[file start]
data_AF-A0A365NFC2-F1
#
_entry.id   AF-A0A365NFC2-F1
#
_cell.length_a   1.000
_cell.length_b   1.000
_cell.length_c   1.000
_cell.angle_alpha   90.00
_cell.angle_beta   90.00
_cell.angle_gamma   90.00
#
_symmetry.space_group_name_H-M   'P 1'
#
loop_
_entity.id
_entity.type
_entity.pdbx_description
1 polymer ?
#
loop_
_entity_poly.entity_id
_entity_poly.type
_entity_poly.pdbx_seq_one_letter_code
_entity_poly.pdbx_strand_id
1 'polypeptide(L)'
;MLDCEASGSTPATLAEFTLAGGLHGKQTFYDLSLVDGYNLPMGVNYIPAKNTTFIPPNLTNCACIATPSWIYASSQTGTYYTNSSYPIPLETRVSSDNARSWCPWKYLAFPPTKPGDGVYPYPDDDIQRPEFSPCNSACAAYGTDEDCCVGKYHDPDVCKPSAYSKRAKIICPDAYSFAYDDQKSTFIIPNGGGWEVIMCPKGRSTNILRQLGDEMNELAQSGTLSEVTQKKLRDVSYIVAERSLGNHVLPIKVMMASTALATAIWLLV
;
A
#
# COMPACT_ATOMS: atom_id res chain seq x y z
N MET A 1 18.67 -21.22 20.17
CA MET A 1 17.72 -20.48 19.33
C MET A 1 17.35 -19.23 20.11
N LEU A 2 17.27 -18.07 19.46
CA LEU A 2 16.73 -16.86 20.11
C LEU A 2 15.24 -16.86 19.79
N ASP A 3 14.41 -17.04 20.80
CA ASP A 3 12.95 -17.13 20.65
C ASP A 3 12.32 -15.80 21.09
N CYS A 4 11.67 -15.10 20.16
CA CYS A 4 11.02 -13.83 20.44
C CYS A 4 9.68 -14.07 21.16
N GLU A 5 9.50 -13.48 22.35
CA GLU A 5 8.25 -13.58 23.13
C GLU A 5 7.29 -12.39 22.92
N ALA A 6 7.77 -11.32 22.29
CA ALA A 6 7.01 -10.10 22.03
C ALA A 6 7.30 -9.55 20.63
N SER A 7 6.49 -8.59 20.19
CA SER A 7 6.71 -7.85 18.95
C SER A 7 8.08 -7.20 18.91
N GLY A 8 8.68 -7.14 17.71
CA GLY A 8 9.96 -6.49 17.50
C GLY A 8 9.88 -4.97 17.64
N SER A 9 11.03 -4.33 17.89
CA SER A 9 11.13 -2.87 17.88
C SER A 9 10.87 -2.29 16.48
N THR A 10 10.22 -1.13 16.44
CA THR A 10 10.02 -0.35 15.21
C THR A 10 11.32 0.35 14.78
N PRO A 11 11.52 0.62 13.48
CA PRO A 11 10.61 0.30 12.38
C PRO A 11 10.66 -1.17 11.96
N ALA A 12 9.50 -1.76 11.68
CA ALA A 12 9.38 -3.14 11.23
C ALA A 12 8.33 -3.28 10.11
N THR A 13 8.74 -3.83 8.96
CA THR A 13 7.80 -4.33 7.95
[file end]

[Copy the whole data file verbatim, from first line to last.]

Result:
data_AF-A0A365NFC2-F1
#
_entry.id   AF-A0A365NFC2-F1
#
_cell.length_a   1.000
_cell.length_b   1.000
_cell.length_c   1.000
_cell.angle_alpha   90.00
_cell.angle_beta   90.00
_cell.angle_gamma   90.00
#
_symmetry.space_group_name_H-M   'P 1'
#
loop_
_entity.id
_entity.type
_entity.pdbx_description
1 polymer ?
#
loop_
_entity_poly.entity_id
_entity_poly.type
_entity_poly.pdbx_seq_one_letter_code
_entity_poly.pdbx_strand_id
1 'polypeptide(L)'
;MLDCEASGSTPATLAEFTLAGGLHGKQTFYDLSLVDGYNLPMGVNYIPAKNTTFIPPNLTNCACIATPSWIYASSQTGTYYTNSSYPIPLETRVSSDNARSWCPWKYLAFPPTKPGDGVYPYPDDDIQRPEFSPCNSACAAYGTDEDCCVGKYHDPDVCKPSAYSKRAKIICPDAYSFAYDDQKSTFIIPNGGGWEVIMCPKGRSTNILRQLGDEMNELAQSGTLSEVTQKKLRDVSYIVAERSLGNHVLPIKVMMASTALATAIWLLV
;
A
#
# COMPACT_ATOMS: atom_id res chain seq x y z
N MET A 1 18.67 -21.22 20.17
CA MET A 1 17.72 -20.48 19.33
C MET A 1 17.35 -19.23 20.11
N LEU A 2 17.27 -18.07 19.46
CA LEU A 2 16.73 -16.86 20.11
C LEU A 2 15.24 -16.86 19.79
N ASP A 3 14.41 -17.04 20.80
CA ASP A 3 12.95 -17.13 20.65
C ASP A 3 12.32 -15.80 21.09
N CYS A 4 11.67 -15.10 20.16
CA CYS A 4 11.02 -13.83 20.44
C CYS A 4 9.68 -14.07 21.16
N GLU A 5 9.50 -13.48 22.35
CA GLU A 5 8.25 -13.58 23.13
C GLU A 5 7.29 -12.39 22.92
N ALA A 6 7.77 -11.32 22.29
CA ALA A 6 7.01 -10.10 22.03
C ALA A 6 7.30 -9.55 20.63
N SER A 7 6.49 -8.59 20.19
CA SER A 7 6.71 -7.85 18.95
C SER A 7 8.08 -7.20 18.91
N GLY A 8 8.68 -7.14 17.71
CA GLY A 8 9.96 -6.49 17.50
C GLY A 8 9.88 -4.97 17.64
N SER A 9 11.03 -4.33 17.89
CA SER A 9 11.13 -2.87 17.88
C SER A 9 10.87 -2.29 16.48
N THR A 10 10.22 -1.13 16.44
CA THR A 10 10.02 -0.35 15.21
C THR A 10 11.32 0.35 14.78
N PRO A 11 11.52 0.62 13.48
CA PRO A 11 10.61 0.30 12.38
C PRO A 11 10.66 -1.17 11.96
N ALA A 12 9.50 -1.76 11.68
CA ALA A 12 9.38 -3.14 11.23
C ALA A 12 8.33 -3.28 10.11
N THR A 13 8.74 -3.83 8.96
CA THR A 13 7.80 -4.33 7.95